“It is better for all the world, if instead of waiting to execute degenerate offspring for crime, or to let them starve for their imbecility, society can prevent those who are manifestly unfit from continuing their kind….Three generations of imbeciles are enough.” -U.S. Supreme Court Justice Oliver Wendell Holmes Jr., Buck v. Bell, 1927
People in the Western world do not wear robes today for clothing, and (when they do wear clothing) instead they have been replaced by the contemporary shirt and pants. In the United States, it is very common to see people wearing pants made of denim, or as they are commonly referred to, jeans.
Jeans are like any pair of clothing. They can be clean, they get dirty, they need to be washed, they get holes, they can be repaired, or they can be replaced later. It is always a good idea to wear clothing in good condition- jeans or not- when in public, and to wash clothes after they become dirty. Clothes do not define a person’s dignity- that comes from God- but how one takes care of his clothes is often times a reflection of how he takes care of himself or how he treats others.
Sin is a stain on the soul of a man just like how dirt is a stain on one’s clothes. What matters to God is that should a man sin, that he makes the continual effort to clean the sin from his soul as well as eradicate the process by which that sin got onto his soul in the same way a man with soiled clothes cleans them and then will attempt to avoid the way by which they became dirty, especially if they are “nice” clothes. Just as one would not wear a tuxedo to do yard work because it would inevitably soil it, so must a man care for the tuxedo which God has given him, which is His soul and the garment imparted to him at Baptism so that, as the prayer for Baptism says:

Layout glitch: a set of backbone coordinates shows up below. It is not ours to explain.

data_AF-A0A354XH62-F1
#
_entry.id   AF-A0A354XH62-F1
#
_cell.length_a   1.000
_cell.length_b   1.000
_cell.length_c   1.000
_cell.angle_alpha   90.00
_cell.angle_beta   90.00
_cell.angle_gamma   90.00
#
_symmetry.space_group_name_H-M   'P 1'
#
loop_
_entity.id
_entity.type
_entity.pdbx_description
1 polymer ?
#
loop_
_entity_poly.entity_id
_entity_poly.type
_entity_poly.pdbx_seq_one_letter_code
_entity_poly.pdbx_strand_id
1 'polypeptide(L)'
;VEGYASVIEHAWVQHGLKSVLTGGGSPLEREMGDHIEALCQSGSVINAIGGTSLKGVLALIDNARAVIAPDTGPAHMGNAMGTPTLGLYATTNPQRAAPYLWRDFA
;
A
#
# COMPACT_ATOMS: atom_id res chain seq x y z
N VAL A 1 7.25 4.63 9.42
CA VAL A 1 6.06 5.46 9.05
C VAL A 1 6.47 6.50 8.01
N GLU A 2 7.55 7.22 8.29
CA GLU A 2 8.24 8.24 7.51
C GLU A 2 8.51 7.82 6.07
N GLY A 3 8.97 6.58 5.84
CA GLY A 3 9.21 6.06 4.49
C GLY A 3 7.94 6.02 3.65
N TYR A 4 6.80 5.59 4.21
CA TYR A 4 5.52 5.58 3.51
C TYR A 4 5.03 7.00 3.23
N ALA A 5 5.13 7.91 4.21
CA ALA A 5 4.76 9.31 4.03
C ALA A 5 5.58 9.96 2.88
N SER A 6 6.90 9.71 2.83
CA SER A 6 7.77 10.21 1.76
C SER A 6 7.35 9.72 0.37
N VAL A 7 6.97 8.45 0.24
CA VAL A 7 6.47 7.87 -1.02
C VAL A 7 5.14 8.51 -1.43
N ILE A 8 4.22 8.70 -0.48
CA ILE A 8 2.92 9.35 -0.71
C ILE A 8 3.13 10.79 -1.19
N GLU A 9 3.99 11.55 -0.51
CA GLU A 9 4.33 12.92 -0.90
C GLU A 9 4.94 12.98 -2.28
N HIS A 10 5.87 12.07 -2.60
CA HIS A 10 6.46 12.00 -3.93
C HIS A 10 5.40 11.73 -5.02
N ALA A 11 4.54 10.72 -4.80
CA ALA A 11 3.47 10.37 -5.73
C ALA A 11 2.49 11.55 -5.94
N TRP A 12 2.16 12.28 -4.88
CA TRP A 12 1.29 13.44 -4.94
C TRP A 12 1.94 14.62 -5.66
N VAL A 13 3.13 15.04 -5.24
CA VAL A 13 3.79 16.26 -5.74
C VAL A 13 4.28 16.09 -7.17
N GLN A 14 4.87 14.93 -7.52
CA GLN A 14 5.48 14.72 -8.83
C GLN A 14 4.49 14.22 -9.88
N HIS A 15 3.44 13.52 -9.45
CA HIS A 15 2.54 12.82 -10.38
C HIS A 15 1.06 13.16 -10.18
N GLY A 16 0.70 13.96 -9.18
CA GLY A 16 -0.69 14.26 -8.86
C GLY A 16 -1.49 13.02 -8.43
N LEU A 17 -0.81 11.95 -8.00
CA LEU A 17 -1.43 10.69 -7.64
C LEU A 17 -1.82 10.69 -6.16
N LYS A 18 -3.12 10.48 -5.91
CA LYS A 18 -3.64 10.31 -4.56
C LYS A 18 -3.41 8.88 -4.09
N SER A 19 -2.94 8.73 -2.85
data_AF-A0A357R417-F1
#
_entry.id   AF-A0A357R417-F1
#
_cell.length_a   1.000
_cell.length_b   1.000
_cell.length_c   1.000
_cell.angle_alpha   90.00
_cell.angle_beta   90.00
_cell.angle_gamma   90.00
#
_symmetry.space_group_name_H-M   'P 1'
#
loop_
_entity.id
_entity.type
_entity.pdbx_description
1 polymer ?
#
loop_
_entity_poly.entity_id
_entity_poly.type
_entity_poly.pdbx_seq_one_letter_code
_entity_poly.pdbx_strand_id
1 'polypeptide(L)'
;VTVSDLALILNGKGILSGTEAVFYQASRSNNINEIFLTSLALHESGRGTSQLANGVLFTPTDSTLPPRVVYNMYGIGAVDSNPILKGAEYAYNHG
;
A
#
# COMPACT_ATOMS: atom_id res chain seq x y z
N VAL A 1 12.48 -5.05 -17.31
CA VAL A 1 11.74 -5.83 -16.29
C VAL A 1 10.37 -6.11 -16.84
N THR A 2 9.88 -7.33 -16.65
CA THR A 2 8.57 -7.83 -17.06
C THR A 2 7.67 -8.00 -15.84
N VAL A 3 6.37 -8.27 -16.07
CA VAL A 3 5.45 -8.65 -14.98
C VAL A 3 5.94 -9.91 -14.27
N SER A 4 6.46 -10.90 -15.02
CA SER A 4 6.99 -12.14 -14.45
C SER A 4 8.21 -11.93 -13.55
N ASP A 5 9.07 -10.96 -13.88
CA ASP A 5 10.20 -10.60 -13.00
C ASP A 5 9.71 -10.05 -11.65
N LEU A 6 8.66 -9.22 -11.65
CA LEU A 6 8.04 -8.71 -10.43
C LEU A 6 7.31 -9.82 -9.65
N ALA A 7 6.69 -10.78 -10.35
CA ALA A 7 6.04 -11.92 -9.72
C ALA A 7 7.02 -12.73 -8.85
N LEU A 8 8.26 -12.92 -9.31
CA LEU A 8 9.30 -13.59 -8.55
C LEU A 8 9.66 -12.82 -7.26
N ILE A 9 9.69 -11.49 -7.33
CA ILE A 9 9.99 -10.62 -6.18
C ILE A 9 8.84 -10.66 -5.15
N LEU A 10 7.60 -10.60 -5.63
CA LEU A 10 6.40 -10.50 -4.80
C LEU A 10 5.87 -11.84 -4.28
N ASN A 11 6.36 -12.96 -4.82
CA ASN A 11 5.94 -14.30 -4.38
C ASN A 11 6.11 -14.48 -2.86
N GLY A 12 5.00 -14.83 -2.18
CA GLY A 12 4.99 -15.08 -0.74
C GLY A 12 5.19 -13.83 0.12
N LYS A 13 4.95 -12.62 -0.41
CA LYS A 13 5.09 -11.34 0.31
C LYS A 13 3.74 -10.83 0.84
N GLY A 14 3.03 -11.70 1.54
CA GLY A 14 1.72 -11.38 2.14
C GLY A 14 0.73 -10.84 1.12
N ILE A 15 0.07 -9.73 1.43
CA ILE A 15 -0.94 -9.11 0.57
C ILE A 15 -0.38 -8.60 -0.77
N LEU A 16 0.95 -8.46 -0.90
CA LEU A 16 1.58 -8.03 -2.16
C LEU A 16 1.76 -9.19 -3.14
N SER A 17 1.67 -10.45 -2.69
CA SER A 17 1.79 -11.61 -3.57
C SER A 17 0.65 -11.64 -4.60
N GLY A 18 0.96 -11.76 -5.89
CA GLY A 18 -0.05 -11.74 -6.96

…you have become a new creation, and have clothed yourself in Christ.
See in this white garment the outward sign of your Christian dignity.
With your family and friends to help you by word and example, bring that dignity unstained into the everlasting life of heaven.
Jesus warned in the Gospel of Matthew that he who did not bring a proper garment to the wedding of the lamb would be cast out:
Once more Jesus spoke to them in parables, saying: “The kingdom of heaven may be compared to a king who gave a wedding banquet for his son. He sent his slaves to call those who had been invited to the wedding banquet, but they would not come. Again he sent other slaves, saying, ‘Tell those who have been invited: Look, I have prepared my dinner, my oxen and my fat calves have been slaughtered, and everything is ready; come to the wedding banquet.’ But they made light of it and went away, one to his farm, another to his business, while the rest seized his slaves, mistreated them, and killed them. The king was enraged. He sent his troops, destroyed those murderers, and burned their city. Then he said to his slaves, ‘The wedding is ready, but those invited were not worthy. Go therefore into the main streets, and invite everyone you find to the wedding banquet.’ Those slaves went out into the streets and gathered all whom they found, both good and bad; so the wedding hall was filled with guests.
“But when the king came in to see the guests, he noticed a man there who was not wearing a wedding robe, and he said to him, ‘Friend, how did you get in here without a wedding robe?’ And he was speechless. Then the king said to the attendants, ‘Bind him hand and foot, and throw him into the outer darkness, where there will be weeping and gnashing of teeth.’ For many are called, but few are chosen.” – Matthew 22:1-14
So what is a man to do if he sins? Is it possible for him to be saved?
This is why, Thank God, the Church has the sacrament of confession. Jesus imparted to his successors of the new priesthood, the apostles, the power under His authority to forgive sins: